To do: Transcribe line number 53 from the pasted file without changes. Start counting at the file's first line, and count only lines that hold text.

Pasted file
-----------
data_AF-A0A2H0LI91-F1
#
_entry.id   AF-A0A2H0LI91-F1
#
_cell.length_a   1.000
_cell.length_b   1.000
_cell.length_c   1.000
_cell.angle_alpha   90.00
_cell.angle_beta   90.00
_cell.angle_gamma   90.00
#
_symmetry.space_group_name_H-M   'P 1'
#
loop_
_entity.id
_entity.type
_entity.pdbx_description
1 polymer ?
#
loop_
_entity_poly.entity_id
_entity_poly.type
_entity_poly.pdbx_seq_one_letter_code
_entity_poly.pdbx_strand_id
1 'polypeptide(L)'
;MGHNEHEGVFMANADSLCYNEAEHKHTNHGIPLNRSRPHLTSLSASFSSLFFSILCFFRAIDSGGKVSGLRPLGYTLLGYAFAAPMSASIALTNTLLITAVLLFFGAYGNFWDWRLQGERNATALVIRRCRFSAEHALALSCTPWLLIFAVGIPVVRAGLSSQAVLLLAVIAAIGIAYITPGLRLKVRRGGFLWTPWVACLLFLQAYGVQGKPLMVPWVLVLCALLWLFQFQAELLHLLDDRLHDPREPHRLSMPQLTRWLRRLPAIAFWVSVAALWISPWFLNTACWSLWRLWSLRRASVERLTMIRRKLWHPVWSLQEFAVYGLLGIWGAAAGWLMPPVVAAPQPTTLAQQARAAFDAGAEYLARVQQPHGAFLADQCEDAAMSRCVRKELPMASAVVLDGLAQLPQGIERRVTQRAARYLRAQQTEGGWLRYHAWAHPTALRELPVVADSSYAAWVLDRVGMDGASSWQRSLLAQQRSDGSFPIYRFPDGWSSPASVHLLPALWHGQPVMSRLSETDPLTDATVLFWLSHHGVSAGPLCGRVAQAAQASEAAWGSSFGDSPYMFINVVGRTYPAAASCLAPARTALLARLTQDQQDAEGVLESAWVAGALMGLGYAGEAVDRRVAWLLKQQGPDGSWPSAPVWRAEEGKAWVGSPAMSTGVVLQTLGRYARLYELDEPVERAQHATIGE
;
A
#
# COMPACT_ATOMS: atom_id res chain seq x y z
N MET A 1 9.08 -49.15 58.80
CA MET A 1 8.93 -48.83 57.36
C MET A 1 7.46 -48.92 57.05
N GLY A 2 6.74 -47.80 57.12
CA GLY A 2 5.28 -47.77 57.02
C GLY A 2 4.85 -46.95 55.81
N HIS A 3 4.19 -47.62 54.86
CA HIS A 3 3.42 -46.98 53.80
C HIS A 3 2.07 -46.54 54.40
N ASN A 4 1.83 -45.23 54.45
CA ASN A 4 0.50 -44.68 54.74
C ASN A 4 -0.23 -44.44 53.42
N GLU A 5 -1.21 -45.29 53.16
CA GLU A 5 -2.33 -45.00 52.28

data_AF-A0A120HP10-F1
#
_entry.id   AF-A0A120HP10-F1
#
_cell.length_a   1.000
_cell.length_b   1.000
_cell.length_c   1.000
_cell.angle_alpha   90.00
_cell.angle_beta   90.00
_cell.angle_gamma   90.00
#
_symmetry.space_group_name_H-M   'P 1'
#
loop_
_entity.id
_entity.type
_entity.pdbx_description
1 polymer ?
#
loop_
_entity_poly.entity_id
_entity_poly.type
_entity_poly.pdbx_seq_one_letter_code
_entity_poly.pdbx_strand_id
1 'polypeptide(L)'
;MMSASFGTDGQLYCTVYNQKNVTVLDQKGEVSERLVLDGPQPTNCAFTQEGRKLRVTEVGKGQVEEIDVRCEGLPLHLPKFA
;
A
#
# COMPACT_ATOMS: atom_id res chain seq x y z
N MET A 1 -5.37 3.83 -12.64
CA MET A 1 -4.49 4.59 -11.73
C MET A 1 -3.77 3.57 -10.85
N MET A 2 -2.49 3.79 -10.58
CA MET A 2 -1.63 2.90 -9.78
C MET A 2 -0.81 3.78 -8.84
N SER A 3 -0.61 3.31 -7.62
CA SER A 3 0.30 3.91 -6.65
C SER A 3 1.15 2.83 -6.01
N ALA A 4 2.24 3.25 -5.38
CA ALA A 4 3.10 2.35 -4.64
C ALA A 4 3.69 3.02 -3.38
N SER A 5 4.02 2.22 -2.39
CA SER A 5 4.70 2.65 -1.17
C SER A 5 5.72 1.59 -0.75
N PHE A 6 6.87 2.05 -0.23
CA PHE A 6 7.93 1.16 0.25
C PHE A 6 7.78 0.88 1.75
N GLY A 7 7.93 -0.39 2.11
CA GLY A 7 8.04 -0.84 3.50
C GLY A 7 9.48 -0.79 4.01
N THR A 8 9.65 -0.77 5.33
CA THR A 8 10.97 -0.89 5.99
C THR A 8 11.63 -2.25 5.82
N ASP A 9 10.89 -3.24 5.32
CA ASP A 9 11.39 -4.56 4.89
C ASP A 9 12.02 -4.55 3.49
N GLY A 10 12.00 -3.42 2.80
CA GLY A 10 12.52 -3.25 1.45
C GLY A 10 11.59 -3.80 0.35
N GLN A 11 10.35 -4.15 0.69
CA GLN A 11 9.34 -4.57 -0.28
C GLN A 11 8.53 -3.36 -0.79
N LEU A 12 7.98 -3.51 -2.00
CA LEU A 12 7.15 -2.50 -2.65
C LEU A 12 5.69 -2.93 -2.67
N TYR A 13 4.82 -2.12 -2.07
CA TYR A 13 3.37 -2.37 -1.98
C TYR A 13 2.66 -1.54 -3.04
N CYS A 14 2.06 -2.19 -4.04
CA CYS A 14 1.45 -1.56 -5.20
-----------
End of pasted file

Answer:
_cell.angle_beta   90.00